Journalist Zlatica Hoke blogs about international affairs, environment and culture.
Thursday, February 12, 2015
Dresden: 70th Anniversary of World War II Air Raids
On the night of February 13 and 14, 1945, allied forces bombed the historic German city of Dresden in what became the most destructive air raid in World War II. Britain and other allies have sent their representatives to attend the 70th anniversary ceremonies in Dresden this week. But there will be no official commemoration of the bombings outside Germany. Even there, the focus on human tragedy resulting from the raids is relatively recent and coming from a new generation of Germans.
Dresden after February 1945 bombing campaign
The February 1945 firestorm in Dresden killed some 25,000 people, mostly civilians, and destroyed about 75,000 homes. American novelist Kurt Vonnegut witnessed the bombing as a prisoner of war in Germany. His anti-war novel Slaughterhouse Five is based on that experience, which he described to me in a telephone call in 2005, just two years before he died.
"It was an art treasure. It was a wedding cake. It was a beautiful thing," he said about Dresden before the air raid.
Together with about a hundred other captured Americans, Kurt Vonnegut was working in a Dresden food plant when the raids took place. "It turned out we had a swell air-raid shelter because we were quartered in a slaughterhouse. And there was this wonderful, very deep cellar under there, where they hung meat, where it was cool, and so that's why we survived," said Vonnegut.
Thousands of others were not so lucky in a city that was not prepared for air raids. Among those killed were not only Dresden residents but also many refugees. The fires reduced the city, known as Florence on the Elbe, to rubble.
During World War II the allies dropped about 1,5 million tons of bombs on Germany, killing more than 600,000 civilians, including about 80,000 children and turning hundreds of cities to rubble.
"It was a war of masses, a war in which mass numbers, mass vehicles, mass civilian participation in the factories was vital," said Dennis Showalter, a historian at Colorado College. He said large-scale bombings had a dual purpose.
"I think World War Two was unique because it developed a strategy of attritional-conventional bombing that was designed to destroy or cripple the industry supporting a high-tech modern war and by extension the civilian morale, the civilian effectiveness, that in an environment of total war was considered as important as the fighting men."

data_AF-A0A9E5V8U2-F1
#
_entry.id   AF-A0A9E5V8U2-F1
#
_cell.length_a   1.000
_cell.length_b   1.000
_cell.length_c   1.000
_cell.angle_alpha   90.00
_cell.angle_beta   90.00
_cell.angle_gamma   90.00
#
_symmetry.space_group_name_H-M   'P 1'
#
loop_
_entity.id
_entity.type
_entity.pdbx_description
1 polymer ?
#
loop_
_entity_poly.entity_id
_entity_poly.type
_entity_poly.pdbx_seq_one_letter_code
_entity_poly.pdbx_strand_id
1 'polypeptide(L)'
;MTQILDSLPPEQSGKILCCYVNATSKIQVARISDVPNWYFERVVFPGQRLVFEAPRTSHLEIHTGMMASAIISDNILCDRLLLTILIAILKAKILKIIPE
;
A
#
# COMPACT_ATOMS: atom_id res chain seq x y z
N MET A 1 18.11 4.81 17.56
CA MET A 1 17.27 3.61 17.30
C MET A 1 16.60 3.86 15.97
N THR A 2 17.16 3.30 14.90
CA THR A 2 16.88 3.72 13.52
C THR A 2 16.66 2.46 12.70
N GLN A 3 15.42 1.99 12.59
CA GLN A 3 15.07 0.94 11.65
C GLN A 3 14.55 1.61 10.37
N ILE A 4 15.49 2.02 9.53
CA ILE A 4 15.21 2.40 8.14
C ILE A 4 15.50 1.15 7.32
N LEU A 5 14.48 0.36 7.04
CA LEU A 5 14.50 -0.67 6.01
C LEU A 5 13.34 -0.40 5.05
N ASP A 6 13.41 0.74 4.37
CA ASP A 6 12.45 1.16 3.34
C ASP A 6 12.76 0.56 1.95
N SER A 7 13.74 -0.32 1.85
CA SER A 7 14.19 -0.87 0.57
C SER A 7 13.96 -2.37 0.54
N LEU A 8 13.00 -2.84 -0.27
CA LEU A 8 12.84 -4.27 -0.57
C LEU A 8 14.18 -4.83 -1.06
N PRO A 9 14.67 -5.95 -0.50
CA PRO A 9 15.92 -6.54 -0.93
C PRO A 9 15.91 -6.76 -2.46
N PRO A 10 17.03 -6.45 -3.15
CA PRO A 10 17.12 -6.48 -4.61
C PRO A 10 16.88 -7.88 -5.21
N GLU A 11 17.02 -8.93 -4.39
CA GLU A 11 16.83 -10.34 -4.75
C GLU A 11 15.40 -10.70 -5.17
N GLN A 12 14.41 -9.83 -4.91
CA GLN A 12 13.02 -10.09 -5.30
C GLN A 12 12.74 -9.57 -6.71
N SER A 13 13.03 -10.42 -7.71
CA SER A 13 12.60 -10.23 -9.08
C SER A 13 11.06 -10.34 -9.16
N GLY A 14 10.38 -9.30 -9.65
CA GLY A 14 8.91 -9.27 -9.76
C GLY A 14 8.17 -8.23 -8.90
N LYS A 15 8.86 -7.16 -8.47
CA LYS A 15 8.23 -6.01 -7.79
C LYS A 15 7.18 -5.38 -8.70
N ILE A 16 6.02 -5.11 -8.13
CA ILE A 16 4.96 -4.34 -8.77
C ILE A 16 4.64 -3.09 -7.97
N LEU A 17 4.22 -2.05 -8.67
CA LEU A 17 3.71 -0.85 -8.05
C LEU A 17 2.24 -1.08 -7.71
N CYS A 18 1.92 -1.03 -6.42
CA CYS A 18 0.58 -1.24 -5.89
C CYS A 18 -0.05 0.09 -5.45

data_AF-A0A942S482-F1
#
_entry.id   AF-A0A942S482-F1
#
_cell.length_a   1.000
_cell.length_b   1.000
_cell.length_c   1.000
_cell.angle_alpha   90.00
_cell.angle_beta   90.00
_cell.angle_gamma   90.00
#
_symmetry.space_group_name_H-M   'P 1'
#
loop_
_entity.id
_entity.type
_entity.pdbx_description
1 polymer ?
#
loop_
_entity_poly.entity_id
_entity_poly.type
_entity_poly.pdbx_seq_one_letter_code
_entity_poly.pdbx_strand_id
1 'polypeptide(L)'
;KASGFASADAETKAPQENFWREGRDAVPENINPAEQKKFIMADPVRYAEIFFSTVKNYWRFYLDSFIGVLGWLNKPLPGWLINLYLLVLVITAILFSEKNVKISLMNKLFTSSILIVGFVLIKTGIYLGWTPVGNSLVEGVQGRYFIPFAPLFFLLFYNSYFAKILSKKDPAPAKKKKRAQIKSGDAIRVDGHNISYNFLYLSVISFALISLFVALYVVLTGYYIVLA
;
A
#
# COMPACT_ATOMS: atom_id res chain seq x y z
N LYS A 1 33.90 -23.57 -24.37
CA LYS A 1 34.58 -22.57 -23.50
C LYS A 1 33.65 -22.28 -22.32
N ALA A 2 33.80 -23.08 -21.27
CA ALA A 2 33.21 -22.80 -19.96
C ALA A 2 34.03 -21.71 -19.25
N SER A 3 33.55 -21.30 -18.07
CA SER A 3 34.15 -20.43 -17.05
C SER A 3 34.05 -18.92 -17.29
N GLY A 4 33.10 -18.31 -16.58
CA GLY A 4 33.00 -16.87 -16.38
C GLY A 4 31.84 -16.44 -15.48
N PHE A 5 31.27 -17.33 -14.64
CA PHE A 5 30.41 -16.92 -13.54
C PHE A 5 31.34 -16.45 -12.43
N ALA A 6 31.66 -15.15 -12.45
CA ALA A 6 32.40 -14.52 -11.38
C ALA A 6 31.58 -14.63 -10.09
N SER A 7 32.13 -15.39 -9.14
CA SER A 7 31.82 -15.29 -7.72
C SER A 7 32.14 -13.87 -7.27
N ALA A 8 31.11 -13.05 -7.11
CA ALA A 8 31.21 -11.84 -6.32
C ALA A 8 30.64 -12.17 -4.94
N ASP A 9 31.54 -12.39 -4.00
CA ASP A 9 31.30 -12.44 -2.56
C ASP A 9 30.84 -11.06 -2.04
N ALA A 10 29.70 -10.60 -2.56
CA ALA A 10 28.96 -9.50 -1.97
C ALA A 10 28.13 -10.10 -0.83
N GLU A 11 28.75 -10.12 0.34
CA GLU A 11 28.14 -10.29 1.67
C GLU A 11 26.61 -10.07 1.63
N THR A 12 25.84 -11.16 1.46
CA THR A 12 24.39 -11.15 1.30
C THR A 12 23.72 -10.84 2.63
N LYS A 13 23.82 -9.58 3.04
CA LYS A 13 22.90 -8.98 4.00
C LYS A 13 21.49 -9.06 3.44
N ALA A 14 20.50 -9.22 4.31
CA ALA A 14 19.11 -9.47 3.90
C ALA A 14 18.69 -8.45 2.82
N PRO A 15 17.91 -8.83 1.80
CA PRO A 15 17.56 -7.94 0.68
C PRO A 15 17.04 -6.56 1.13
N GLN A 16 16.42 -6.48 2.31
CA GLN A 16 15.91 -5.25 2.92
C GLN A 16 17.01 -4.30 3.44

The early failures of the British Royal Air Force led to the development of a tactic called area bombing, said Showalter. Instead of trying to hit a strategic target and risk losing a bomber to the German air defense, planes would fly at a higher altitude and drop heavy loads of bombs to destroy the entire area around targets, including railway stations, factories and mines. The British also developed incendiary bombs, which continued their destruction long after their initial explosion.
But for decades after the war, Germans did not dwell on their losses. Jackson Janes, director of the American Institute for Contemporary German Studies, said the most obvious reason was the enormous pain Nazi Germany caused other people. So, Germans focused on reconstruction and establishing their country as a western democracy.
"That required an enormous distancing from what the Nazis had done. So I think that there was just simply no real national interest in digging this up except for the pockets of activity and the groups that did."
But in recent years, the media, books and public forums have focused more attention on the human tragedy of the massive air raids. Janes said one reason for the current interest in the allied bombing of Germany is the curiosity of the new generation of Germans, free of the guilt their grandparents might have felt.
"And maybe some German people who do have this sense of, 'We didn't really talk about that dimension ever openly because it was not politically correct.' And now they are beginning to say, 'Is it not politically correct to talk about 50-, 60-, 70-thousand people who were killed in the bombing raids?'"
The problem is that such talk encourages new German nationalists. On the 60th anniversary of Dresden bombing, members of the far-right National Democratic Party denied German guilt and described the allied attack as mass murder and Dresden's Holocaust of bombs.
Showalter said that German losses must be studied in the context of Nazi aggression, which resulted in the allied bombing of German cities. He said that Germans are right to re-examine their history, as long as they do it objectively.
But new voices in other World War II allied countries also ask that the raids be re-examined more objectively. Britain's daily The Guardian said in an editorial this week:
"New generations have a responsibility to ask how the Dresden raids or events like them can be justified and to reflect on what they tell us about today. None of this is easy. What is not right is to quietly write a difficult episode out of the heroic wartime narrative that we prefer to pass on to future generations."